It probably didn’t help that I was getting over being ill and feeling frustrated that I was still not 100% when I sat down to watch Sink. Emotions of the kind stirred up by pain meds and the helplessness that comes along with having the flu were hovering below the surface as I settled in to watch the film, although I didn’t realise just how much so until I got to the final act of this superb and moving drama about loss and forgiveness.
I didn’t want to know too much about the film going in, other than it being South African director/writer Brett Michael Innes’s debut feature film. Innes wrote the novel Rachel Weeping, upon which the film is based. It’s the story of one woman’s loss, an accidental but deeply tragic one, as another woman in her life experiences a gain, and while it’s set in Johannesburg, South Africa, it would certainly resonate across in any country, for the feelings it stirs within those watching it.
Rachel, played by Shoki Mokgapa, is a woman from Mozambique who works for young couple, cleaning their house. The film opens with the couple (Anel Alexander and Jacques Bessenger) sitting across from Rachel, confirming with her that she does indeed want to return working for them again. We get the sense it’s not entirely of her free will to do, and it’s clear something very terrible happened. If you read the synopsis of the story, you’ll know immediately what that was. But whatever your knowledge of the plot, the tension between the two time phases of the story – before and after the tragic event, deftly alternate as the film unfolds, drawing you more and more into the story. It starts a little slow to get going, but that seems deliberate, as you are immersed in the domesticity of the story, and the every-day-ness of it.
By the time it reaches its conclusion, the tears, or at least the empathy evoked from the filmmaker about the sheer tragedy and sadness of the situation is brought to the fore – through careful direction, music (by the excellent Chris Letcher) and scene-setting in a muted palate of colours. Although it is indeed a sad story, the way it plays out and the actions taken by Rachel show the remarkable way humans can surprise us.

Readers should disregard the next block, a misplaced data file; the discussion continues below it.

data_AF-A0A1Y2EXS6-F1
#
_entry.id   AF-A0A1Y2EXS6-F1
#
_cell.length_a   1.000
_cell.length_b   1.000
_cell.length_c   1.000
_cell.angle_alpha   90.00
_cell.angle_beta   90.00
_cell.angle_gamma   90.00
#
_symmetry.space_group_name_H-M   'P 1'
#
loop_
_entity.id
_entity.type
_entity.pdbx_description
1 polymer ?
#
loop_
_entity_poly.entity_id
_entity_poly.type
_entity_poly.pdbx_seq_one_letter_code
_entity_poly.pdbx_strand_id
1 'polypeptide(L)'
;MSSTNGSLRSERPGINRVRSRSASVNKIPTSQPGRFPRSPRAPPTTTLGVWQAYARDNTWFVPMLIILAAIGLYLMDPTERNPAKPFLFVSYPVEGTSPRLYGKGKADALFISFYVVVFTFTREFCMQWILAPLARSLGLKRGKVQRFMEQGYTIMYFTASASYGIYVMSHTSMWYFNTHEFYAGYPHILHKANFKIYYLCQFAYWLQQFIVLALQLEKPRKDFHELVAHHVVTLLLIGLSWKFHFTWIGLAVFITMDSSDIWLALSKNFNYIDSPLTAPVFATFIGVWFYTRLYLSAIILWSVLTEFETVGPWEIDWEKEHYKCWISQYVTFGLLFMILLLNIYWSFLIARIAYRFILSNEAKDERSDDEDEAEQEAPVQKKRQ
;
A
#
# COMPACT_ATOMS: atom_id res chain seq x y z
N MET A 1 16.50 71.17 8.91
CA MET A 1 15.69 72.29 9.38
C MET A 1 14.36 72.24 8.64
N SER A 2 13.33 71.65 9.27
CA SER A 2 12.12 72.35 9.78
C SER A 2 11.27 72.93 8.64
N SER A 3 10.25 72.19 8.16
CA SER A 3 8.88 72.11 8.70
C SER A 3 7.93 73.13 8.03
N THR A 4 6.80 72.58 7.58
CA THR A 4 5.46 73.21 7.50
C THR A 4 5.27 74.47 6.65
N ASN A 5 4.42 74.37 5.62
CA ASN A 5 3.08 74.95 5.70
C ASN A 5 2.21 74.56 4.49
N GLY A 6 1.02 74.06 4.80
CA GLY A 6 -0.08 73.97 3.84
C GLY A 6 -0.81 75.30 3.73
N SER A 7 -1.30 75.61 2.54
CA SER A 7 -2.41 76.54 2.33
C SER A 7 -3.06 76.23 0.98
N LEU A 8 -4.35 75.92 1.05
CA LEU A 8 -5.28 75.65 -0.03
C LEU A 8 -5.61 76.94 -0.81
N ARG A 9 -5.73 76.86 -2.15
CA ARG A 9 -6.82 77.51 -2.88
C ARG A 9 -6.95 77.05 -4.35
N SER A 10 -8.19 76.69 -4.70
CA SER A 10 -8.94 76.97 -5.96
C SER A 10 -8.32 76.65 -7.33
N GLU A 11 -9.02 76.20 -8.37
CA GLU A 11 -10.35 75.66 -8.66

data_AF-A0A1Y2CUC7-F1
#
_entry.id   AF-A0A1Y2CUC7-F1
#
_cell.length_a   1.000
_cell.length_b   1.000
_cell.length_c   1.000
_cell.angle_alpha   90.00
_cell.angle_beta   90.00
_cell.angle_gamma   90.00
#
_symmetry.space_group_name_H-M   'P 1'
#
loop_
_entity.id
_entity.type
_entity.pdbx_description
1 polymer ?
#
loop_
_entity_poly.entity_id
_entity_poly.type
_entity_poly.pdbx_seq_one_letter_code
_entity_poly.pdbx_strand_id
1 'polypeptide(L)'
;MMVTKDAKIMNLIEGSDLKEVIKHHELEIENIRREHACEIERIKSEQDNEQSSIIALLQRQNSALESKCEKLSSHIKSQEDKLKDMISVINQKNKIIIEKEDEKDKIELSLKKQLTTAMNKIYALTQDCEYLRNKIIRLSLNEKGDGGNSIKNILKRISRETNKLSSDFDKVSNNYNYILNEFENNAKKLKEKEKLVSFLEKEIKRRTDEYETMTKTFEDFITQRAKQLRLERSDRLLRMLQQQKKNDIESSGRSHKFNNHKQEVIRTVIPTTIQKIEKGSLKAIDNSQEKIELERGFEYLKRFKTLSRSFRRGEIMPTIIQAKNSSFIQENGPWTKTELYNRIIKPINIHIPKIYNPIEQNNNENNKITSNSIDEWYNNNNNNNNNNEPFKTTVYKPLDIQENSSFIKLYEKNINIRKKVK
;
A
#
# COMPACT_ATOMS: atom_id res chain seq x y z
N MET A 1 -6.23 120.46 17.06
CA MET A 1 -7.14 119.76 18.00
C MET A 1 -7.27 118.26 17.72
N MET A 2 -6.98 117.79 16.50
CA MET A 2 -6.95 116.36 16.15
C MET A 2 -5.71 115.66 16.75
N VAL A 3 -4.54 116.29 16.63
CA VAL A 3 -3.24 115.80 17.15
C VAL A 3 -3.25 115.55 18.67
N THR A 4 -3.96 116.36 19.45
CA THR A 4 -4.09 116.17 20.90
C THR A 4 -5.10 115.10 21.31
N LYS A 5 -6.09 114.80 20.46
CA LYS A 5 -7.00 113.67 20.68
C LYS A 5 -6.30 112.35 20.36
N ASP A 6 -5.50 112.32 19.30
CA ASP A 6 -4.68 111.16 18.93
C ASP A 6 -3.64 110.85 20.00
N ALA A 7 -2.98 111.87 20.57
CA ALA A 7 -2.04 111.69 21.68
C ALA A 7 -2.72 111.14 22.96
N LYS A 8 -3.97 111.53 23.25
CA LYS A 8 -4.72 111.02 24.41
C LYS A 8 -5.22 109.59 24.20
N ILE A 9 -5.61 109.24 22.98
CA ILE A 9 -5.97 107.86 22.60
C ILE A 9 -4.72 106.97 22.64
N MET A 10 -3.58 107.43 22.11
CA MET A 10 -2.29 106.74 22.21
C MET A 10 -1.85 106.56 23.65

That it is set within South Africa means the film takes the opportunity to touch on some of the textures that make this country what it is at present – the class divide, racial differences, the experience of some immigrants. The couple each has their flaws, and their redeeming qualities – but Rachel too is shown in shades of grey. At the heart of the story though, is how we respond when things happen beyond our control, and then on the flipside, what we do when we have the capacity to make a decision and choose to act or not. Sink is a remarkable film that will take a while to settle, and that’s a good thing. One thing did bother me at the end, but it would ruin the film if I were to go into detail about it, suffice to say, if you’re drawn into the story, you’ll notice it but it won’t change the experience you have of the film.
It’s notched up four awards at the Afrikaans-film festival Silwerskerm late last year; here’s hoping it finds an international audience too.
Sink is currently on the big screen in South Africa, and will travel to the Atlanta Film Festival in April.